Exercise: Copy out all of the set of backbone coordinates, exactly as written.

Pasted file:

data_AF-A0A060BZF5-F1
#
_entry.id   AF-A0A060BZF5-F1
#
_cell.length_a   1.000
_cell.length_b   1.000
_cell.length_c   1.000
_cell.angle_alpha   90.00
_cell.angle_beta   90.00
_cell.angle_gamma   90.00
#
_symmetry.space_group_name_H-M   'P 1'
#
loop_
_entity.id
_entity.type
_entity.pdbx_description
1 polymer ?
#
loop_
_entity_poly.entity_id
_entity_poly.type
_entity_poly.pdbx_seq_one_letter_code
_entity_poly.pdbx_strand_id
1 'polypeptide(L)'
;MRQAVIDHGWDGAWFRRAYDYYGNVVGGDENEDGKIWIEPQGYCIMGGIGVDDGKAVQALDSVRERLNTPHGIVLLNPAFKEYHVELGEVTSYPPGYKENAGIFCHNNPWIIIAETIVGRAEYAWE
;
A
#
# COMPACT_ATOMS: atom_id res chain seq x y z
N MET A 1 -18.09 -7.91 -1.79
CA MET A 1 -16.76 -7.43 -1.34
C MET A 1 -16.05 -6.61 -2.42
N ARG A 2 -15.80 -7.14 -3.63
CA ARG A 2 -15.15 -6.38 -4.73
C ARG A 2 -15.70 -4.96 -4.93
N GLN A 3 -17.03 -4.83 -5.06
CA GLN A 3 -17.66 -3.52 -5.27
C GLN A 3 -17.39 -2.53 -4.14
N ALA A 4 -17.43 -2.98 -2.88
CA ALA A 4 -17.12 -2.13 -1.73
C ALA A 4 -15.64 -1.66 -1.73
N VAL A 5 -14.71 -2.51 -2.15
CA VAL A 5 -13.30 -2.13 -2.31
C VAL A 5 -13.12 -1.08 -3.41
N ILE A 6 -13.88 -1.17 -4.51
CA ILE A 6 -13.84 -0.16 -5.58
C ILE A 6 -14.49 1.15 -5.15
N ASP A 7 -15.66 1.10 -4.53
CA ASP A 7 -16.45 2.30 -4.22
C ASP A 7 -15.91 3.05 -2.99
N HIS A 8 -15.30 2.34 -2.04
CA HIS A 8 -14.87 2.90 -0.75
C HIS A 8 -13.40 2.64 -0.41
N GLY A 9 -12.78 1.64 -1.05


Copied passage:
data_AF-A0A060BZF5-F1
#
_entry.id   AF-A0A060BZF5-F1
#
_cell.length_a   1.000
_cell.length_b   1.000
_cell.length_c   1.000
_cell.angle_alpha   90.00
_cell.angle_beta   90.00
_cell.angle_gamma   90.00
#
_symmetry.space_group_name_H-M   'P 1'
#
loop_
_entity.id
_entity.type
_entity.pdbx_description
1 polymer ?
#
loop_
_entity_poly.entity_id
_entity_poly.type
_entity_poly.pdbx_seq_one_letter_code
_entity_poly.pdbx_strand_id
1 'polypeptide(L)'
;MRQAVIDHGWDGAWFRRAYDYYGNVVGGDENEDGKIWIEPQGYCIMGGIGVDDGKAVQALDSVRERLNTPHGIVLLNPAFKEYHVELGEVTSYPPGYKENAGIFCHNNPWIIIAETIVGRAEYAWE
;
A
#
# COMPACT_ATOMS: atom_id res chain seq x y z
N MET A 1 -18.09 -7.91 -1.79
CA MET A 1 -16.76 -7.43 -1.34
C MET A 1 -16.05 -6.61 -2.42
N ARG A 2 -15.80 -7.14 -3.63
CA ARG A 2 -15.15 -6.38 -4.73
C ARG A 2 -15.70 -4.96 -4.93
N GLN A 3 -17.03 -4.83 -5.06
CA GLN A 3 -17.66 -3.52 -5.27
C GLN A 3 -17.39 -2.53 -4.14
N ALA A 4 -17.43 -2.98 -2.88
CA ALA A 4 -17.12 -2.13 -1.73
C ALA A 4 -15.64 -1.66 -1.73
N VAL A 5 -14.71 -2.51 -2.15
CA VAL A 5 -13.30 -2.13 -2.31
C VAL A 5 -13.12 -1.08 -3.41
N ILE A 6 -13.88 -1.17 -4.51
CA ILE A 6 -13.84 -0.16 -5.58
C ILE A 6 -14.49 1.15 -5.15
N ASP A 7 -15.66 1.10 -4.53
CA ASP A 7 -16.45 2.30 -4.22
C ASP A 7 -15.91 3.05 -2.99
N HIS A 8 -15.30 2.34 -2.04
CA HIS A 8 -14.87 2.90 -0.75
C HIS A 8 -13.40 2.64 -0.41
N GLY A 9 -12.78 1.64 -1.05